(TBT) – There’s an increased likelihood that this year’s Atlantic hurricane season will be above-normal now that the irregular weather pattern known as El Niño has faded, the National Oceanic and Atmospheric Administration announced Thursday. Scientists now predict 10 to 17 named storms throughout the season, which runs June through November. Five to nine of them could become hurricanes, including two to four major hurricanes Category 3 or higher with winds of 111 mph or greater. Two named storms already have formed this season. One became Hurricane Barry, a Category 1 hurricane that hit Louisiana


Advertisement


in July. Historically, 95 percent of all Atlantic hurricanes form from August through October. In May, forecasters predicted a 40 percent chance of a near-normal season. They expected El Niño, a hurricane suppressant that creates wind shear over the tropical Atlantic Ocean, to cancel out conditions that have led to stronger hurricane activity since 1995. Those conditions include a stronger West African monsoon, weaker wind shear across the tropical Atlantic Ocean, and wind patterns coming off the coast of Africa that can spin up storms, said Gerry Bell, NOAA’s lead hurricane season forecaster. READ MORE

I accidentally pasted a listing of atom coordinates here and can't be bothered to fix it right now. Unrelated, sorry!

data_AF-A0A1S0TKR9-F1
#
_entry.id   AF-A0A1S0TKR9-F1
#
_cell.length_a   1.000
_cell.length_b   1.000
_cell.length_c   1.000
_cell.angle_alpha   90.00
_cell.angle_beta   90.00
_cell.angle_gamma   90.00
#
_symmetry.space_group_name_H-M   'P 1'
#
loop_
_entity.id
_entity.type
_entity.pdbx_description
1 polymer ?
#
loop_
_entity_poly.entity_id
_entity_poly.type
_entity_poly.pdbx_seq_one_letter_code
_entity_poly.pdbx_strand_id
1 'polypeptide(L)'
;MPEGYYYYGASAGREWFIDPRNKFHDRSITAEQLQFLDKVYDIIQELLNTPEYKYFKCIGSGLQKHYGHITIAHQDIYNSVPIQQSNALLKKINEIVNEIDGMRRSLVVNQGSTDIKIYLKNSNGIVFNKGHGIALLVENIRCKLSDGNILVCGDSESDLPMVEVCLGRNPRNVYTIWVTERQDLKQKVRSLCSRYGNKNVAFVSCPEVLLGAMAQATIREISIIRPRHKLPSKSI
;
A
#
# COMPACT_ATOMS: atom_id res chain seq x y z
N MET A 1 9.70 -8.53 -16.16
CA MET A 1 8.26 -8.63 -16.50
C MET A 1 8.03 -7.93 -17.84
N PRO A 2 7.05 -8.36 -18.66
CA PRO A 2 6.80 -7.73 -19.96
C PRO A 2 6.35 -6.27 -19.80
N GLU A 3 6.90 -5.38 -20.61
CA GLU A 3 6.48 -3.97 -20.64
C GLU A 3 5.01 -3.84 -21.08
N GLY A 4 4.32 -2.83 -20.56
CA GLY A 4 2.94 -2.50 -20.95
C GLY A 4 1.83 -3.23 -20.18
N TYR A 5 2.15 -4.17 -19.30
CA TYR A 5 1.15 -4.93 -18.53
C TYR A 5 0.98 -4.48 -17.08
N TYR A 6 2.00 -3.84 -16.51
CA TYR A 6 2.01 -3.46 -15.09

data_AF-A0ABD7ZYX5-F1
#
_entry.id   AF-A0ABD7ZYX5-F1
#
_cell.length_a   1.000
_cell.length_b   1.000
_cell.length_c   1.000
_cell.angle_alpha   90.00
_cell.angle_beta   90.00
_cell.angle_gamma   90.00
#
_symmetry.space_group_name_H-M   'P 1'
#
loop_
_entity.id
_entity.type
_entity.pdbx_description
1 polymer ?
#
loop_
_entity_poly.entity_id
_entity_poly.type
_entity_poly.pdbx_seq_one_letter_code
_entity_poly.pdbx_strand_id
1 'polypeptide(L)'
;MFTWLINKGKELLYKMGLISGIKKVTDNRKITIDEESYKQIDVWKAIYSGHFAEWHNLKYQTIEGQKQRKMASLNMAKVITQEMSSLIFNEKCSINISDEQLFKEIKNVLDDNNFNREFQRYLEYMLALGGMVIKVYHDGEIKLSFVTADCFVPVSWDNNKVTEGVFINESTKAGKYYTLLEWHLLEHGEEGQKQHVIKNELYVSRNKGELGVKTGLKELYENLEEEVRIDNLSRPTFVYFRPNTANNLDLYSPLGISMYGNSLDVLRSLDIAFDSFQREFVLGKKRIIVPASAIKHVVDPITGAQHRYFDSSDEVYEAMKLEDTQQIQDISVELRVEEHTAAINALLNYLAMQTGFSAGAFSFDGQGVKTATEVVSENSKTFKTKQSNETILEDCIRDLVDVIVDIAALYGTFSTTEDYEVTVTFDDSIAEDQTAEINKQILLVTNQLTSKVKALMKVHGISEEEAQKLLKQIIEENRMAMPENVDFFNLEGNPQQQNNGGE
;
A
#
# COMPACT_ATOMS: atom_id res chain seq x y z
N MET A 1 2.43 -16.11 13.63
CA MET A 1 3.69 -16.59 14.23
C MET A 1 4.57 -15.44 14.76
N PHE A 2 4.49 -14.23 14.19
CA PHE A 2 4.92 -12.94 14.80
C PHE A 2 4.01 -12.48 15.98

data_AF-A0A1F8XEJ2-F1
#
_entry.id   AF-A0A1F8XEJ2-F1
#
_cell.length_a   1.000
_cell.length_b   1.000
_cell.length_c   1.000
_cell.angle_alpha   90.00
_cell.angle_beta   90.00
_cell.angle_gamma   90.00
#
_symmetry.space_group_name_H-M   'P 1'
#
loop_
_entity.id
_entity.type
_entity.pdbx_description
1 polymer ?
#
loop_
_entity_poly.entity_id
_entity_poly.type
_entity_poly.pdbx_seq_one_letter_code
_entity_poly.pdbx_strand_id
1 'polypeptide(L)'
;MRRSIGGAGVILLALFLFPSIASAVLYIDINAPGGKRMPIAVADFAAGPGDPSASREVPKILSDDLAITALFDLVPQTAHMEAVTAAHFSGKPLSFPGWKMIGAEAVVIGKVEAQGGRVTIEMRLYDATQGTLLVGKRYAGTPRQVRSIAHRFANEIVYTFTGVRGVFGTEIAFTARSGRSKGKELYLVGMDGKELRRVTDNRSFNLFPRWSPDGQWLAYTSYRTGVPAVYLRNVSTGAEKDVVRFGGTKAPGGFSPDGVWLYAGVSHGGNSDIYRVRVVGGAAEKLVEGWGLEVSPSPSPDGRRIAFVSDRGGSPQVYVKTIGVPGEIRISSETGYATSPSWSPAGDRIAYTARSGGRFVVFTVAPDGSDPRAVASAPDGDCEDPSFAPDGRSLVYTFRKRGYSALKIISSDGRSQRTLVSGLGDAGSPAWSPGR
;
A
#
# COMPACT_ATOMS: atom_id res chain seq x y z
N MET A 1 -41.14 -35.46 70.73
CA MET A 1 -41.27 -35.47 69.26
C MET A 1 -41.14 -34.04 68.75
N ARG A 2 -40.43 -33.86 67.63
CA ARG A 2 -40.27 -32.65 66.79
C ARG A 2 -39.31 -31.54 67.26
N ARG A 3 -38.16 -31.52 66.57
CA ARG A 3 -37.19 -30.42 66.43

Advertisement

An American newspaper published in St. Petersburg, Florida, United States. It has won twelve Pulitzer Prizes since 1964, and in 2009, won two in a single year for the first time in its history, one of which was for its PolitiFact project.